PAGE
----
Under the headline "Lights, Camera . . . Kevin" in the Oak Park River Forest High School yearbook, there's an article about sophomore Kevin Roy, described as the self-assured and authoritative star of "Newscene" on the school's cable channel. "Since I've been in fourth grade, I remember telling my parents that I wanted to be an anchor person," 16-year-old Kevin is quoted as saying.
Noting that he already "seemed well on his way toward achieving his goal," the article concludes: "With his ambition set, his goals in sight and guts and talent abound, Kevin has all the qualities to become a fine anchor person."
It all came true. In one of those classic "local boy makes good" stories, Kevin Roy realized his dream and became a successful and respected anchorman at the No. 1 station in his hometown. For eight of his 12 years at ABC-owned WLS-Channel 7, he co-anchored the city's top-rated Saturday and Sunday morning newscasts while doubling as an award-winning general assignment reporter.
Yet for reasons that many of his colleagues and admirers find hard to understand, it all came crashing to an end this week.
As first reported here, Roy, 41, was fired Monday for failing to show up for work the previous day. It was the third time in recent months that he was a no-show, forcing co-workers to scramble to replace him at the last minute. In each case, he attributed his absence to "physical exhaustion."
Although Roy issued a statement Tuesday saying he was "profoundly sorry" and understood the reason his bosses chose not to renew his contract, some have questioned why he was terminated when other employees had been shown leniency in the past. They pointed to the case of Hosea Sanders, Channel 7's weekday morning news anchor.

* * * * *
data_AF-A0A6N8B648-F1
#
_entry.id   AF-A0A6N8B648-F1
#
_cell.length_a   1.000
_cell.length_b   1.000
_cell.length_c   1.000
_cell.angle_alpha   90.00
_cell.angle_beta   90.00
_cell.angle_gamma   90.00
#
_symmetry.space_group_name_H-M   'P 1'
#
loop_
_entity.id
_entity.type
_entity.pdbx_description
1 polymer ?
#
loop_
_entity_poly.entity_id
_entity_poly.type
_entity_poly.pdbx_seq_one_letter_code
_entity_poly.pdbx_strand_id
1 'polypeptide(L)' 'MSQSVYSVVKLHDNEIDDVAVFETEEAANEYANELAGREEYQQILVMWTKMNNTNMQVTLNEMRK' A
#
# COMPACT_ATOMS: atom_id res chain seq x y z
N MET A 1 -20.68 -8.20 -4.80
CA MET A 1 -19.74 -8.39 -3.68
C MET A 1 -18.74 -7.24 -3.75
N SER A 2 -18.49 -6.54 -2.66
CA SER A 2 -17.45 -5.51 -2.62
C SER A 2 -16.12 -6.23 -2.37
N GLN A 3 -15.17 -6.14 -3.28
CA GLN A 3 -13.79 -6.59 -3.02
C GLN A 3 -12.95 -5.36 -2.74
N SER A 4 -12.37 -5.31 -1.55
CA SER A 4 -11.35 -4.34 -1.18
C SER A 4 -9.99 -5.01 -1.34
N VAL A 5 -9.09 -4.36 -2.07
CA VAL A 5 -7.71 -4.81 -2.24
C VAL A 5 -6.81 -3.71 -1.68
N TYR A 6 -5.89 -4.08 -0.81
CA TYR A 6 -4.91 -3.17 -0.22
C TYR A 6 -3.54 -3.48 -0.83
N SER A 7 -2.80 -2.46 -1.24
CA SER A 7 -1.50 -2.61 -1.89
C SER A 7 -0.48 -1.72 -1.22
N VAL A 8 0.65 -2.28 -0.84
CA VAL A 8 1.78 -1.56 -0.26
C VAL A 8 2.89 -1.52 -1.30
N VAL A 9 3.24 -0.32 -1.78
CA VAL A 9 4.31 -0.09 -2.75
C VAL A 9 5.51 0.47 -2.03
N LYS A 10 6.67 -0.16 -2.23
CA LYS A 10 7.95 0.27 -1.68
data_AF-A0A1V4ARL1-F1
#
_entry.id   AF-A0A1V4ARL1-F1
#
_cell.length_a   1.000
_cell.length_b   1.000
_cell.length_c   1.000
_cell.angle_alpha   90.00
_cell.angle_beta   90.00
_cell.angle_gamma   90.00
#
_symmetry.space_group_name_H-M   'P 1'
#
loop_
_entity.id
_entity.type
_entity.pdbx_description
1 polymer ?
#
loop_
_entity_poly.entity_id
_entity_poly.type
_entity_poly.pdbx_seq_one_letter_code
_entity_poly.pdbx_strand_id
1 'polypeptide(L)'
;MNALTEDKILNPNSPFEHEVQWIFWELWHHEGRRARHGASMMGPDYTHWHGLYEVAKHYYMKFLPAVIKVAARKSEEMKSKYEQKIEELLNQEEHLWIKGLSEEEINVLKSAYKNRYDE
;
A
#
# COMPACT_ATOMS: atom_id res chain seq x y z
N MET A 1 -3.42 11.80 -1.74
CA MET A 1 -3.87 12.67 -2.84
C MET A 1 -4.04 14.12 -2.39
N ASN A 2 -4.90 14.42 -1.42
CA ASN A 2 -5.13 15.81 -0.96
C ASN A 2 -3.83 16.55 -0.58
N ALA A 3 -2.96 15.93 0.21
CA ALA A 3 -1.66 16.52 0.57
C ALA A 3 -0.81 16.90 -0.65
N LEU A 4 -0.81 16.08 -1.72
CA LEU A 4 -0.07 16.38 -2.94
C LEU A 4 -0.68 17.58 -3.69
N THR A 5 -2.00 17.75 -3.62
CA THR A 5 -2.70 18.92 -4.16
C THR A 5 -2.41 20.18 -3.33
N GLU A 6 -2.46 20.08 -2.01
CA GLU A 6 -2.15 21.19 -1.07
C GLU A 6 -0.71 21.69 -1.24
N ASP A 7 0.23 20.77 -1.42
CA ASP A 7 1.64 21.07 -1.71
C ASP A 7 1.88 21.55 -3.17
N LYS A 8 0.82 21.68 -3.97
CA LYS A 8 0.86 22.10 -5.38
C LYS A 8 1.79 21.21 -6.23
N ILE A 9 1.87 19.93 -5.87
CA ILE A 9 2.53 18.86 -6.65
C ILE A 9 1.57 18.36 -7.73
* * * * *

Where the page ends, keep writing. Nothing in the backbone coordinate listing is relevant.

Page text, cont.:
In 2004, Sanders took a month-long leave of absence and entered a recovery program for treatment of substance abuse after he'd been the target of a blackmail attempt by two men who threatened to expose drug use by Sanders and other details about his personal life. "I trusted the wrong people, people I thought were my friends, and I was betrayed and hurt by them," Sanders said at the time. The two men who tried to blackmail him were eventually sentenced to prison.
In Roy's case, however, there was no intimation of substance abuse or other red flags that might warrant intervention by his bosses. To the contrary, he wrote in his statement: "To those who might speculate on the reason, be assured that my problem is one of physical‚ exhaustion only; I only wish I had taken the opportunity to take some time‚ off, rather than try to muscle through."
Since then, Roy has declined further public comment, except to post a note of appreciation -- and a pitch for a new job -- on his Facebook page:
"Thanks for your support and all the kind remarks. The love is felt. Now, any good job leads out there? Open to the possibilities, hopefully something that takes advantage of what I have to offer. I have loved what I've done in the past, and only hope to be so lucky to do something as exciting in the future."
We may never know for sure what led Roy to squander a job he'd dreamed of -- and seemed destined for -- since fourth grade. Some insiders say he resented being passed over for the top weekend anchor position when Ravi Baichwal was hired to replace Rob Johnson in 2006. Others point to personal matters outside of work. No matter what the cause, it's a sad, strange ending to what had been a golden chapter in his life. "I hope to come through this having‚ learned a valuable lesson in maturity," Roy said in his statement.
Channel 7 bosses plan to hire a new reporter to assume Roy's general assignment duties, but they haven't decided whether to designate a replacement for him on their Saturday and Sunday morning newscasts. Stacey Baca will anchor solo for the foreseeable future.
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